I knew he’d be down there – just felt it in my gut. He was always at the center of things. You couldn’t keep him out. Oddly enough, that gave me hope. When I got down it was all smoke and dust like a great big fucking ploughed up tomb, guys were already digging and clawing at big steel beams and mountains of rock and rubble. I was like a wild man screaming, ‘Have you seen Brian Murphy?’ But no one paid attention – they were all looking for their own people. And then I ran into a Port Authority Cop who said he’d heard Brian had helped get a group of people out and that he was okay, and that I should get my ass out of there, the street was about to collapse.
But I didn’t believe him, I couldn’t. I kept searching and asking and it was all chaos and everyone else was running around searching and asking. And then I saw a Fire guy that I knew from Long Beach, son of my buddy Ernie O’Malley. He was sitting on a slab of concrete and when he saw me coming he turned away; he was crying and I asked him what for? Took him a long time before he said Fr. Mike Judge had taken a hit. Then he wouldn’t talk to me anymore and I knew in my heart of hearts that he just didn’t want to tell me. So I started digging and clawing with the others and I couldn’t think straight because I was screaming and crying like everyone else. And there was clouds of smoke and dust and little fires breaking out everywhere and you couldn’t see for minutes on end, and then it cleared around us for a few seconds and I saw that Port Authority cop passing by again and I raced after him and asked him how he knew that Brian was okay, and he said he’d seen him with Johnnie Maloney inside. So I said, ‘Where’s Maloney?’
‘Where do you think?’ He lifted an imaginary drink to his mouth.
And I said, ‘Fucking asshole!’
And he came right back at me, ‘What are you cursing at me for? I’m just telling you what I know.’
But I’d meant Maloney. And I knew exactly where he’d be – in one of two bars a couple of blocks away. The first was closed but I saw myself in the window – all covered in grime and that awful white film of dust, eyes blazing like some maniac. I’d never seen myself like that before and it scared the hell out of me. I found the bastard outside the second joint. The bartender was locking it up, taking away the cash and a load of bank statements. And Maloney was already half-gone from the shock and the instant booze. I shook that bastard ‘til he nearly fell apart. And he was crying and slobbering that Brian had led seven people out of the joint but had gone back in and then the whole show came down on top of him. And I was screaming at him that the Port Authority cop had seen them together and that he was lying and he’d better come clean. But he just kept crying and shaking his head, so I threw him the hell away from me.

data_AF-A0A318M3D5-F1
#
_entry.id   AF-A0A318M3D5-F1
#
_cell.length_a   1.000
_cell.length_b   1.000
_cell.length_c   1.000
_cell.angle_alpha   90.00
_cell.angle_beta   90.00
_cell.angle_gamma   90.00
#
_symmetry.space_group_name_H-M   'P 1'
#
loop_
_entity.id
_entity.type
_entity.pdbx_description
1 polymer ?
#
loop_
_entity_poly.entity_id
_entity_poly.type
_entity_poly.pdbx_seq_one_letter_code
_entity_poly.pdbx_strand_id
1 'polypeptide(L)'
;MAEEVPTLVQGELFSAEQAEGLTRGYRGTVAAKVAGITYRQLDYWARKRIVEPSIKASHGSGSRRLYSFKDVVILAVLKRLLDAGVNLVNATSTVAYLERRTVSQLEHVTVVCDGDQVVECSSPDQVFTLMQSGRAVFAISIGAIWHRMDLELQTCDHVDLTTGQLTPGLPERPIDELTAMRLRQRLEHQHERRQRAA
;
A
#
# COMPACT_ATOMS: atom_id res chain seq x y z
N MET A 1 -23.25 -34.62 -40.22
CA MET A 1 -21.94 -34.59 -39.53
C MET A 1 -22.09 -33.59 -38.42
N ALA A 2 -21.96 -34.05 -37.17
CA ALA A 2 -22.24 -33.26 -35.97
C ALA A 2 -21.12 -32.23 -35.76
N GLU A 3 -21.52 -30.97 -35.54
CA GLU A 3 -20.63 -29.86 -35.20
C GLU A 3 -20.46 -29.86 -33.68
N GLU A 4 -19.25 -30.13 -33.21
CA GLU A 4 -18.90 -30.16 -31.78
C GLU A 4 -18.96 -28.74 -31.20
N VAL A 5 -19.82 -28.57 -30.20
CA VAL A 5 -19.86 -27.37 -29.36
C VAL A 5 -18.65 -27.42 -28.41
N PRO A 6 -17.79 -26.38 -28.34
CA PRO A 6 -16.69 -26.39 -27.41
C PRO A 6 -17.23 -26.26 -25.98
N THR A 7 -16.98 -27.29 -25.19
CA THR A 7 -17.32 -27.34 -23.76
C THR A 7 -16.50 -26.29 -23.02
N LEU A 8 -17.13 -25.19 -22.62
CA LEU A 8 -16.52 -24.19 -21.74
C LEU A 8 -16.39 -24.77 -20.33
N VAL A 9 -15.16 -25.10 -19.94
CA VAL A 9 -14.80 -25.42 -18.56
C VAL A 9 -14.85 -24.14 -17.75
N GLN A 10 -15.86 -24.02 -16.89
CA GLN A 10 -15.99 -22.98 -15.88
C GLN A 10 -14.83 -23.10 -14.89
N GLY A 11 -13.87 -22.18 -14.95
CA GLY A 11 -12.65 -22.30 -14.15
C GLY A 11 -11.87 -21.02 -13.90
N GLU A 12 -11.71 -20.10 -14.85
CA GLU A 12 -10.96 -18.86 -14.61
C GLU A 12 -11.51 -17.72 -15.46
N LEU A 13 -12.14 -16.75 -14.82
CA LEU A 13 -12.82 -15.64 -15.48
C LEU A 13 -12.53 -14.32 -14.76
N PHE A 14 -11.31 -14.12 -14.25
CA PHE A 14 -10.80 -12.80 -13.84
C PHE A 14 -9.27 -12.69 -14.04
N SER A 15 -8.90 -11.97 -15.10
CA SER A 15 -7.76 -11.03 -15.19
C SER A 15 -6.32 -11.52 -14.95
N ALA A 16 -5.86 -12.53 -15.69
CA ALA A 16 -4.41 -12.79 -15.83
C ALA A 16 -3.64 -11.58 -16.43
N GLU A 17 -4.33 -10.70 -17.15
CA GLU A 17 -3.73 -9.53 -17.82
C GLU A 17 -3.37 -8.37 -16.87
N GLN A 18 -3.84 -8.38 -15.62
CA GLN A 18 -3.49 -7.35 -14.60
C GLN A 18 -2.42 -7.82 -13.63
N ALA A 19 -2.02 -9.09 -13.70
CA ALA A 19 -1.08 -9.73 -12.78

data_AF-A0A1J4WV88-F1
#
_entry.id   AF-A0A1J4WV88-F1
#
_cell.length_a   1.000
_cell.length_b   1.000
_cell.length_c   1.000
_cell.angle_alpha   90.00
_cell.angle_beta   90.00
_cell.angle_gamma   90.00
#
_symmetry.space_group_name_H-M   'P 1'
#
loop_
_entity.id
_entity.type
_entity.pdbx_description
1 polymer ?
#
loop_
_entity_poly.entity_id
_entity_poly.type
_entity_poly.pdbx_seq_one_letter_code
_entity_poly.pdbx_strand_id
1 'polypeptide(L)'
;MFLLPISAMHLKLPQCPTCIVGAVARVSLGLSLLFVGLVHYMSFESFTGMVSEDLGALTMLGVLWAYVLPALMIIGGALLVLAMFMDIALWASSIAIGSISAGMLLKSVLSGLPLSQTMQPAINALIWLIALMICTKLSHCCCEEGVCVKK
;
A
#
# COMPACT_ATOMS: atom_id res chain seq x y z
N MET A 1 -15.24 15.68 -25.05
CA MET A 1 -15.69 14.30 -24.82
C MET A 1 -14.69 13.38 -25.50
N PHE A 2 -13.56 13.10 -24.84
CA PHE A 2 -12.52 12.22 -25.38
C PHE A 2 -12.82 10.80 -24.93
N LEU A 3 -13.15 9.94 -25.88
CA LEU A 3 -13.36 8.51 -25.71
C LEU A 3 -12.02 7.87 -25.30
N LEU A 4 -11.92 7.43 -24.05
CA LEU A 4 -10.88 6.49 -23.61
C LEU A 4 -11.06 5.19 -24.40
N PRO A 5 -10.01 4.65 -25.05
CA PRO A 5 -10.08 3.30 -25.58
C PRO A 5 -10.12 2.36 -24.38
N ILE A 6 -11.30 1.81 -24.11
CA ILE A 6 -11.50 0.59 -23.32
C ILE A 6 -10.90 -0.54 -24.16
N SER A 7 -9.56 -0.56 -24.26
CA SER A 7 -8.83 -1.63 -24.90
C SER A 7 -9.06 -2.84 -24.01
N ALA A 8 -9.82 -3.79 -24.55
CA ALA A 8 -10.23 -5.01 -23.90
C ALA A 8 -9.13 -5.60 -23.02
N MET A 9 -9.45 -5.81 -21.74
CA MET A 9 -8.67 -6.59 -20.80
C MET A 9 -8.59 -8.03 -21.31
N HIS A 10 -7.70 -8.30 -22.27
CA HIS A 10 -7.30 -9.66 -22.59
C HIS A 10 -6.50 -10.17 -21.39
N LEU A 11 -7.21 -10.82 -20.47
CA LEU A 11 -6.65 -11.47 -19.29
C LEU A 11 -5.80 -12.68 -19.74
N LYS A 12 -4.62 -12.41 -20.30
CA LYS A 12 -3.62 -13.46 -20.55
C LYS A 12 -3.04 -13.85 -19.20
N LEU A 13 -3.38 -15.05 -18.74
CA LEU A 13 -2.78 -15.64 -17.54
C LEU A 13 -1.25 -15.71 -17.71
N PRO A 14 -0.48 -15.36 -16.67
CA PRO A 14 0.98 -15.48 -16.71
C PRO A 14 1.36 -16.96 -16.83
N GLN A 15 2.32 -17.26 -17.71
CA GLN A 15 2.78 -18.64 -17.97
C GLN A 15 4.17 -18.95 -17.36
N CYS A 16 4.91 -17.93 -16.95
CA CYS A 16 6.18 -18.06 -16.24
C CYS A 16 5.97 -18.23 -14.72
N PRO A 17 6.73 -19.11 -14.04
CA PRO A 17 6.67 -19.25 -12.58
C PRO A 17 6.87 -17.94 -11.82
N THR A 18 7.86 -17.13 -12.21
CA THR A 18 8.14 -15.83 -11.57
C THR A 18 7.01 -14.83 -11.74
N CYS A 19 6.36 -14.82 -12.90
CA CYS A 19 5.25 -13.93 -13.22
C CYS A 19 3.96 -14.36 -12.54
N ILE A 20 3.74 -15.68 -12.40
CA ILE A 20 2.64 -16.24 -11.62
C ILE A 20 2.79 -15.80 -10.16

I ran back down, but they wouldn’t let me through. And I was roaring at them that I was a cop, and then I was pleading, but they were afraid of the foundation giving under. Eventually a medic led me over to a doorway, got me to sit down and gave me some water and I began to think. What do I do now? And after a while my training took over and I walked and ran and hitchhiked back uptown, pulled rank again and got a lift out to Rockaway. The phones had all broken down and I didn’t know whether to go to our house or Rosie’s first but ours was closest.
Aggie already knew. No one had told her. She was up in our room. The blinds were drawn against the beautiful day and she was sitting on the side of the bed just staring at the wall. She didn’t say anything. Not a word. That room was so quiet. It was like the birds would never sing again. The tears and the breakdown would come later. But I hope to God I never hear quietness like that again.”